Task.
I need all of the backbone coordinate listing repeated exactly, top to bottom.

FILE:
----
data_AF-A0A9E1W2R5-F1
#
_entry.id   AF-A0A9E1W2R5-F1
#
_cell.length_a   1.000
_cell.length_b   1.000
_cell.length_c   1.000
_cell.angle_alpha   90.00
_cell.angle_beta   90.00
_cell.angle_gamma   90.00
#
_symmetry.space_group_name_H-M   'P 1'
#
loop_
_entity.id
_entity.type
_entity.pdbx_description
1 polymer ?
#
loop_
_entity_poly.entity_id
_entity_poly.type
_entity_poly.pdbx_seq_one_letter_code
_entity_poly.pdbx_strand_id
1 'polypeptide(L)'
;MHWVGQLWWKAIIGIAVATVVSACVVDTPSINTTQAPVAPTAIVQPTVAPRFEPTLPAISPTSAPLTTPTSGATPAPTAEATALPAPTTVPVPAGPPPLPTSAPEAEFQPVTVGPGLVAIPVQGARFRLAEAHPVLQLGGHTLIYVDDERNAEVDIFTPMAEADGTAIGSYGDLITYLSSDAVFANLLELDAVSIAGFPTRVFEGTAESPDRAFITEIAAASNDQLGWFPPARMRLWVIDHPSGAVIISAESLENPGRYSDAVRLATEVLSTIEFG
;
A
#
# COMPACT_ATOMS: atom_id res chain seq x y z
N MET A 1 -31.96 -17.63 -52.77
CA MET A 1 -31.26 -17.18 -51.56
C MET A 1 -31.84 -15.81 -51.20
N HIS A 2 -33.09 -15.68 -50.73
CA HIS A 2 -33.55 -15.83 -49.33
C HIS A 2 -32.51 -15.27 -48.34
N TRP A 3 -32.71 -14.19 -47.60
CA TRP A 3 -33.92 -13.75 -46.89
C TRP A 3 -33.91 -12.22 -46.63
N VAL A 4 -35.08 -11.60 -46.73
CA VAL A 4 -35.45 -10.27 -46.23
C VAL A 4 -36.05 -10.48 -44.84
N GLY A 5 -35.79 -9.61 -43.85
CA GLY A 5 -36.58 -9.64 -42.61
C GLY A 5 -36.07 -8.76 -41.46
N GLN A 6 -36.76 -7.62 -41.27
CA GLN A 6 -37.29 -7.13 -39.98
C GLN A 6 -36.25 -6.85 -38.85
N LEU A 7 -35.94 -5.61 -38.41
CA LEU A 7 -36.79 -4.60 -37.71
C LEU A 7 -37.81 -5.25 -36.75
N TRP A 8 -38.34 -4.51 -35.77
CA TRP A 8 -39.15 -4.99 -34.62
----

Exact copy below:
data_AF-A0A9E1W2R5-F1
#
_entry.id   AF-A0A9E1W2R5-F1
#
_cell.length_a   1.000
_cell.length_b   1.000
_cell.length_c   1.000
_cell.angle_alpha   90.00
_cell.angle_beta   90.00
_cell.angle_gamma   90.00
#
_symmetry.space_group_name_H-M   'P 1'
#
loop_
_entity.id
_entity.type
_entity.pdbx_description
1 polymer ?
#
loop_
_entity_poly.entity_id
_entity_poly.type
_entity_poly.pdbx_seq_one_letter_code
_entity_poly.pdbx_strand_id
1 'polypeptide(L)'
;MHWVGQLWWKAIIGIAVATVVSACVVDTPSINTTQAPVAPTAIVQPTVAPRFEPTLPAISPTSAPLTTPTSGATPAPTAEATALPAPTTVPVPAGPPPLPTSAPEAEFQPVTVGPGLVAIPVQGARFRLAEAHPVLQLGGHTLIYVDDERNAEVDIFTPMAEADGTAIGSYGDLITYLSSDAVFANLLELDAVSIAGFPTRVFEGTAESPDRAFITEIAAASNDQLGWFPPARMRLWVIDHPSGAVIISAESLENPGRYSDAVRLATEVLSTIEFG
;
A
#
# COMPACT_ATOMS: atom_id res chain seq x y z
N MET A 1 -31.96 -17.63 -52.77
CA MET A 1 -31.26 -17.18 -51.56
C MET A 1 -31.84 -15.81 -51.20
N HIS A 2 -33.09 -15.68 -50.73
CA HIS A 2 -33.55 -15.83 -49.33
C HIS A 2 -32.51 -15.27 -48.34
N TRP A 3 -32.71 -14.19 -47.60
CA TRP A 3 -33.92 -13.75 -46.89
C TRP A 3 -33.91 -12.22 -46.63
N VAL A 4 -35.08 -11.60 -46.73
CA VAL A 4 -35.45 -10.27 -46.23
C VAL A 4 -36.05 -10.48 -44.84
N GLY A 5 -35.79 -9.61 -43.85
CA GLY A 5 -36.58 -9.64 -42.61
C GLY A 5 -36.07 -8.76 -41.46
N GLN A 6 -36.76 -7.62 -41.27
CA GLN A 6 -37.29 -7.13 -39.98
C GLN A 6 -36.25 -6.85 -38.85
N LEU A 7 -35.94 -5.61 -38.41
CA LEU A 7 -36.79 -4.60 -37.71
C LEU A 7 -37.81 -5.25 -36.75
N TRP A 8 -38.34 -4.51 -35.77
CA TRP A 8 -39.15 -4.99 -34.62